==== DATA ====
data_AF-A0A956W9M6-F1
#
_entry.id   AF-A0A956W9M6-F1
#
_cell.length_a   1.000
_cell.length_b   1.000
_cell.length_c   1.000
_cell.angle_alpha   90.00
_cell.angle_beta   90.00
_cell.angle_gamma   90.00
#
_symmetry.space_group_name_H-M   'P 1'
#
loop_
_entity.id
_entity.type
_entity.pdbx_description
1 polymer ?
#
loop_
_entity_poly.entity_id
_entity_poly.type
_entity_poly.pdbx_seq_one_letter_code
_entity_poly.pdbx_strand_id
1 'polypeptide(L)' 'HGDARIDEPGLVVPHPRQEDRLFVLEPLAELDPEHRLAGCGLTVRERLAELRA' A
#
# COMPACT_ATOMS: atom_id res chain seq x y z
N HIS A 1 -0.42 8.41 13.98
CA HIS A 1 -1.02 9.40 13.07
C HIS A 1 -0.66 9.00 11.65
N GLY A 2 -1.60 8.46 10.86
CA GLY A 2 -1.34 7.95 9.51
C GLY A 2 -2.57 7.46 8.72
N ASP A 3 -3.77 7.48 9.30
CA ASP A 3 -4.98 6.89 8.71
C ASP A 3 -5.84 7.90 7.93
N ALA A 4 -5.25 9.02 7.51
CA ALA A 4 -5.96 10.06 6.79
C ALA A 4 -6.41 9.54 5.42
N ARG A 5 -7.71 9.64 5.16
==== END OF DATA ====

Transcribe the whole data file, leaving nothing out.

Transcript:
data_AF-A0A956W9M6-F1
#
_entry.id   AF-A0A956W9M6-F1
#
_cell.length_a   1.000
_cell.length_b   1.000
_cell.length_c   1.000
_cell.angle_alpha   90.00
_cell.angle_beta   90.00
_cell.angle_gamma   90.00
#
_symmetry.space_group_name_H-M   'P 1'
#
loop_
_entity.id
_entity.type
_entity.pdbx_description
1 polymer ?
#
loop_
_entity_poly.entity_id
_entity_poly.type
_entity_poly.pdbx_seq_one_letter_code
_entity_poly.pdbx_strand_id
1 'polypeptide(L)' 'HGDARIDEPGLVVPHPRQEDRLFVLEPLAELDPEHRLAGCGLTVRERLAELRA' A
#
# COMPACT_ATOMS: atom_id res chain seq x y z
N HIS A 1 -0.42 8.41 13.98
CA HIS A 1 -1.02 9.40 13.07
C HIS A 1 -0.66 9.00 11.65
N GLY A 2 -1.60 8.46 10.86
CA GLY A 2 -1.34 7.95 9.51
C GLY A 2 -2.57 7.46 8.72
N ASP A 3 -3.77 7.48 9.30
CA ASP A 3 -4.98 6.89 8.71
C ASP A 3 -5.84 7.90 7.93
N ALA A 4 -5.25 9.02 7.51
CA ALA A 4 -5.96 10.06 6.79
C ALA A 4 -6.41 9.54 5.42
N ARG A 5 -7.71 9.64 5.16